In Rumours, a fairly ratty bar in York that’s popular with students, a higher proportion of people than you might ordinarily expect were wearing Burberry caps last Thursday night. According to one of the more insidious stereotypes of British youth culture, their voices ought to suggest that they were brought up on council estates but this is not the case; stand next to them at the bar (cocktails are two for £6) and you’ll hear the reliably middle-class tones that are pervasive at any Russell Group university. The gear is, in fact, a contribution to a themed pub crawl: “Chavs vs Toffs” – “one night”, as the Facebook ad puts it, of getting “absolutely gazeboed”. The Toffs, at this point, are nowhere in sight or, at any rate, are in disguise.
Jack, a comprehensive-educated first year with a cheering disdain for fancy dress, sits in the corner nursing a pint of Coke and eyes his fellow students with a certain bemused resignation. “It’s a bit alienating, isn’t it?” he mutters. “We’re supposed to be at one of the leading universities in the country.”
I suppose this sort of thing isn’t a terribly big deal in itself. Students have always had an inexplicable enthusiasm for fancy dress and, while this example is a bit wearying, it’s hard to get worked up if that tendency occasionally shades into crass bad taste. The thing is, though, it doesn’t seem to be all that occasional; and it doesn’t seem to be mere bad taste. As a new term begins, it strikes me that, lately, students at the leading universities in the country have exhibited a remarkable enthusiasm for this kind of unpleasantness. It’s not an anomaly; it’s a characteristic.
This isn’t York’s first rodeo. At Halloween, a group of former public schoolboys decided it would be hilarious to black up as part of their Cool Runnings costume. And blacking up has proved inexplicably popular elsewhere, too. (Do they not sell Austin Powers teeth in joke shops any more?) Edinburgh students at a memorably named “beerienteering” event styled themselves as Somali pirates; at UEA, it was Zulu warriors; at the University of London, someone won a fancy dress competition with a combination of boot polish and devil horns.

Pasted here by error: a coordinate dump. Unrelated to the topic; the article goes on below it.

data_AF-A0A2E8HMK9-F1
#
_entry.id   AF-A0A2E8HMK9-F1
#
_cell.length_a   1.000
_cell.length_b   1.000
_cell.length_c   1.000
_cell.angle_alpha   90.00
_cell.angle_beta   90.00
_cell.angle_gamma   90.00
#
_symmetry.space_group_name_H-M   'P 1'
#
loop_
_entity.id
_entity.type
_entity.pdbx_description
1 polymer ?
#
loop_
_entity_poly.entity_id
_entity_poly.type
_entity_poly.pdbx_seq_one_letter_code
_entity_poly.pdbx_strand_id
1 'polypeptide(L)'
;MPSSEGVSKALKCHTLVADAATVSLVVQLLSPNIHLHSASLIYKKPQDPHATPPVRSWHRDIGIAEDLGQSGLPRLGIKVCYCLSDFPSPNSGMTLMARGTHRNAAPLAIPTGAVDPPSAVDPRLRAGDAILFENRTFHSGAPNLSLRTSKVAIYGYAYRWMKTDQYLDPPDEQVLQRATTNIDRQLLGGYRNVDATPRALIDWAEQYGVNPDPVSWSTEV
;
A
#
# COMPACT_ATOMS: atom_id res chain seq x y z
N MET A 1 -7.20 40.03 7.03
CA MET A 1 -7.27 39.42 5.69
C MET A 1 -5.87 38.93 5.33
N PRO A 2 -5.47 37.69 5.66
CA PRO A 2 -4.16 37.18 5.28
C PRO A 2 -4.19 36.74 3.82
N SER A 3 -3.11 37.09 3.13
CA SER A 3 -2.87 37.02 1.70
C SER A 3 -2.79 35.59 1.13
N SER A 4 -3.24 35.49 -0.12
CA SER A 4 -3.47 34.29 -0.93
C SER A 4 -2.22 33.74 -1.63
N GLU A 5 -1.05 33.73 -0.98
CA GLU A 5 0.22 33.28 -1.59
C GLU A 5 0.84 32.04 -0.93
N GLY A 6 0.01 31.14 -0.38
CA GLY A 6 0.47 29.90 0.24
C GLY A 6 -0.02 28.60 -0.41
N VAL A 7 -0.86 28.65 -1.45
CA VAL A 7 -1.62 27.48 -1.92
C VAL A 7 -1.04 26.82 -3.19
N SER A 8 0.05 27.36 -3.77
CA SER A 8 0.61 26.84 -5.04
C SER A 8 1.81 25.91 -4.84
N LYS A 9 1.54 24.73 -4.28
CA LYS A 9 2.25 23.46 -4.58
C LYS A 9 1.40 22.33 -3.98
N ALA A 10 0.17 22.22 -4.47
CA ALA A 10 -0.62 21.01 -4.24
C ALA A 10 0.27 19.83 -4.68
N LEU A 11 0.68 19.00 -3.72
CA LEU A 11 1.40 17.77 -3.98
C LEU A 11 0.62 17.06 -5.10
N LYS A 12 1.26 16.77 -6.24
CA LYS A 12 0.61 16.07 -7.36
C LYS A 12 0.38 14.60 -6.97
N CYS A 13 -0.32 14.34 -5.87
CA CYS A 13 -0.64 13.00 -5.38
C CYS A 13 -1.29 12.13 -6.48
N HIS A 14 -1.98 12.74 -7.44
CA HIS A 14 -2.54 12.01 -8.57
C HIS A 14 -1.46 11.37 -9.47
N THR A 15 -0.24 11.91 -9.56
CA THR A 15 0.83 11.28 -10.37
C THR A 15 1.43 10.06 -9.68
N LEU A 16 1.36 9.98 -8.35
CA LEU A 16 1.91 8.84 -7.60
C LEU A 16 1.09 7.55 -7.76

If you find this sort of thing hilarious, wait till you hear the one about all the misogyny! The laddism that seems such an inescapable part of sports team culture is in fine fettle. At the University of Stirling, members of the hockey team on a public bus sing enthusiastically about sexual assault. At Leeds, men at a “Freshers Violation” club night contribute to a YouTube video of proceedings with a string of enthusiastic rape jokes. At Cardiff, a PowerPoint presentation put on by the university football team offers advice on date rape. And in November alone, the Everyday Sexism Project said it received more than 100 reports of such incidents at universities across the country. Bants!
It is generally assumed that the prevailing culture on campus is overwhelmingly po-faced. I don’t imagine any of the people blacking up think that they’re being racist; probably, if they were forced to articulate a defence beyond “it’s just a joke”, they would mutter something about the overwhelming political correctness that students are saddled with – bans on “Blurred Lines” and Page 3, and something hazy about freedom of speech.
But the supposed ascendancy of that sort of politics is hard to square with the facts. When the York Vision student newspaper ran a story about the group of public schoolboys who blacked up, under the headline “Eton Mess”, the overwhelming majority of readers’ comments complained about anti-public school prejudice, not racism. (One of their number made the perplexing observation that “it’d be a pretty inaccurate Cool Runnings costume if they didn’t black up”, as if the perpetrators were under some appalling obligation to dress as the Jamaican bobsleigh team.)
It is difficult to be empirical but I’m pretty sure that this is new. The problem with undergraduates used to be an excess of idealism. Today, the Chancellor can privatise the student loan book without a whimper of protest, or even of comprehension, from the vast majority. “People didn’t even know what that meant,” says Jo, another bemused civilian student surrounded by imitation chavs. “Student activism is completely dead.” She dates its passing to the tuition fee protests of 2011, when some students were jailed for their part in a demonstration that turned nasty.